In a first aspect of the disclosure, a method of minimizing a number of network connections maintained by a premises gateway device is described. In one embodiment, the gateway device comprises a local message server process, and the method includes utilizing the message server to aggregate messages originated from higher layer processes within respective client devices served by the premises gateway into a single network or transport layer message for transmission to a remote network entity requiring that a network or transport layer connection be maintained.

In a second aspect of the disclosure, a premises gateway device for managing upstream communications between client devices of a premises network and a service provider is disclosed. In one embodiment, the premises gateway device includes: a first apparatus configured to receive first data from a first client device of the premises network; a second apparatus configured to receive second data from a second client device of the premises network; a third apparatus configured to communicate third data to a device of the service provider; and a processor apparatus in data communication with the first, second and third apparatus and configured to execute at least one computer program.

In one variant, the at least one program is configured to, when executed by the processor apparatus, cause the premises gateway device to: receive the first data from the first client device via the first apparatus; receive the second data from the second client device via the second apparatus; generate a single message based at least in part on the first data and the second data; and communicate the single message to the device of the service provider via the third apparatus.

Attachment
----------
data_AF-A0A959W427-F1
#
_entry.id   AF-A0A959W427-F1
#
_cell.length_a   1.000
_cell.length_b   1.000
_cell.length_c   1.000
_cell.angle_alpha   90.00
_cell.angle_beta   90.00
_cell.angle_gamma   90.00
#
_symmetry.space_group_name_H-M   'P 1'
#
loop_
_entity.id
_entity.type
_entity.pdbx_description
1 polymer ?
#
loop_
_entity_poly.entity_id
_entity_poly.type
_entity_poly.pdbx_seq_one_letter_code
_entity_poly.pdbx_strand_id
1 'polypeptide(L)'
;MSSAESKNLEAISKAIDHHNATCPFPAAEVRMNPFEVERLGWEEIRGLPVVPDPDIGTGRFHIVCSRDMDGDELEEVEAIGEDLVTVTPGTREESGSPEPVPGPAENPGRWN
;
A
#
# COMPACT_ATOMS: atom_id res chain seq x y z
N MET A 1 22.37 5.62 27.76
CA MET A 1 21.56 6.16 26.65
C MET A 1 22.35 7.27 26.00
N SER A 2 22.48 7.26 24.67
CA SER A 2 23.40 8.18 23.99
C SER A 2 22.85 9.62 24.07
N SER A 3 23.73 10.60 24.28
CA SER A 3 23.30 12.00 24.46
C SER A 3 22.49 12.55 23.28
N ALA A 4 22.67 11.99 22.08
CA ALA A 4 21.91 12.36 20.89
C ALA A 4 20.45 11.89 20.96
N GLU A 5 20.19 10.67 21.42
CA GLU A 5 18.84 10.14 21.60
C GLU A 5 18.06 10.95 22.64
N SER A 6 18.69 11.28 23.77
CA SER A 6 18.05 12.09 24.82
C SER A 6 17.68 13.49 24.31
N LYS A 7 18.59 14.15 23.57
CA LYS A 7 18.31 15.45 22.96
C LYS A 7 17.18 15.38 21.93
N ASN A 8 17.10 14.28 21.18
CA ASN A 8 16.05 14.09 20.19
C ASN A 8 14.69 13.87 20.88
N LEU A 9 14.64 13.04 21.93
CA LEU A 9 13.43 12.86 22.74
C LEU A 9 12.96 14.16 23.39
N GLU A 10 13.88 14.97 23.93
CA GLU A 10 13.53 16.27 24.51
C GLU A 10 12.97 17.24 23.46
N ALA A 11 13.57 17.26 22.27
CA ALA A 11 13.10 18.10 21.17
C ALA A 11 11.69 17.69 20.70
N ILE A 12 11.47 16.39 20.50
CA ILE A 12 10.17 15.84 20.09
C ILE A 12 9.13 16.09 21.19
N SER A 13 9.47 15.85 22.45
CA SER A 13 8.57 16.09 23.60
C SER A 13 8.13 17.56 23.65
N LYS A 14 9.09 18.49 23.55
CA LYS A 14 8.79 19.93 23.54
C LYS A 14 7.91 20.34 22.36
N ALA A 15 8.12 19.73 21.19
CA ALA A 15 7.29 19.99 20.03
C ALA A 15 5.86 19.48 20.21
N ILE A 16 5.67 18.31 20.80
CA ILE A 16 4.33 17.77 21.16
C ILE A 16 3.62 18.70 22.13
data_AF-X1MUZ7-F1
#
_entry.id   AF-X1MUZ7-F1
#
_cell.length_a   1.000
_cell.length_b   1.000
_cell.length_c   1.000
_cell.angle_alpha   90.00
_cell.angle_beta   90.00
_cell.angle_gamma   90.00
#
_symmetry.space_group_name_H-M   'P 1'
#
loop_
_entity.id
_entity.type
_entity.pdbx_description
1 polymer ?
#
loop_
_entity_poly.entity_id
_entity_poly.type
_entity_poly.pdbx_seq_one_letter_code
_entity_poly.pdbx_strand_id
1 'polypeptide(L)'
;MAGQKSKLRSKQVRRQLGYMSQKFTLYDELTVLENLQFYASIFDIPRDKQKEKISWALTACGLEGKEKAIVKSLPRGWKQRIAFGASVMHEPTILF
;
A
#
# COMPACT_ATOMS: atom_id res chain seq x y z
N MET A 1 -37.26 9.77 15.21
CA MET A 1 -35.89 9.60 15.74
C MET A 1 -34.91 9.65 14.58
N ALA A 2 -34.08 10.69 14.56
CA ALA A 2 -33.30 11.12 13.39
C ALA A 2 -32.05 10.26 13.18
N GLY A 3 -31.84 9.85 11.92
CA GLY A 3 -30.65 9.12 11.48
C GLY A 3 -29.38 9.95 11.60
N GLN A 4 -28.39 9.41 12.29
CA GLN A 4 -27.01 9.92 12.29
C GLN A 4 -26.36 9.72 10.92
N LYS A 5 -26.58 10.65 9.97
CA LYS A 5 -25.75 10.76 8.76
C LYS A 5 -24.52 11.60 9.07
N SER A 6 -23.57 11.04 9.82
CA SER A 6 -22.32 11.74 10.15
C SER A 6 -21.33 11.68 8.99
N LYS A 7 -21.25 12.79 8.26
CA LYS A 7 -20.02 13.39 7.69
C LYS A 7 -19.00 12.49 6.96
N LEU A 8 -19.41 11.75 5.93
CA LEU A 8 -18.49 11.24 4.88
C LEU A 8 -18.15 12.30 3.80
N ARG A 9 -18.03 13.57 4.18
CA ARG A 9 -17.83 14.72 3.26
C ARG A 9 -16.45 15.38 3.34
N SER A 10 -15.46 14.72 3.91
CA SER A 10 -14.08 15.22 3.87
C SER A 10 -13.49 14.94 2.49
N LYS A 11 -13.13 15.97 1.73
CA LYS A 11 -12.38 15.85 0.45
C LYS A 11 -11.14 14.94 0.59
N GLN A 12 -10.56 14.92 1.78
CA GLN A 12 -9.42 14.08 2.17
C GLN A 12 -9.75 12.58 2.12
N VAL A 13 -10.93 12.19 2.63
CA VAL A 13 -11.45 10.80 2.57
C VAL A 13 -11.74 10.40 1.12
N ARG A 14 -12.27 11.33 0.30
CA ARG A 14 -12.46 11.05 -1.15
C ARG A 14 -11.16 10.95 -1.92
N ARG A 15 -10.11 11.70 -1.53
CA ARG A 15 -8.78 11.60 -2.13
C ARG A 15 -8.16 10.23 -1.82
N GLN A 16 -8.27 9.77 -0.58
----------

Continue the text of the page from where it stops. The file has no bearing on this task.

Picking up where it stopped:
In one implementation, each of the first data and the second data comprises an application layer keep-alive message for maintaining a respective streaming connection, and the single message comprises a transport or network layer keepalive message, and the generated single message further comprises information identifying the streaming connections associated with the first client device and the second client device.

In another implementation, each of the first data and the second data comprises a request to subscribe to publish-subscribe content provided by the service provider.

In another aspect of the disclosure, a premises gateway device for managing communications between a service provider and client devices of a premises network is described. In one embodiment, the premises gateway device includes: local area network interface apparatus configured to communicate data to at least a first client device and a second client device of the premises network; a network interface apparatus configured to receive data generated by a device of the service provider; a processor apparatus in data communication with the first, second and third apparatus; and a server process operative to execute on the processor apparatus.

In one variant, the server process is configured to, when executed by the processor apparatus, causes the premises gateway to: receive the data generated by the device of the service provider via the network interface apparatus; evaluate the received data; based at least in part on the evaluation, determine that the at least a portion of the received data is to be communicated to both the first client device and the second client device; generate a first message based at least in part on the at least portion of the received data; communicate the first message to the first client device via the first apparatus; generate a second message based at least in part on the at least portion of the received data; and communicate the second message to the second client device via the second apparatus.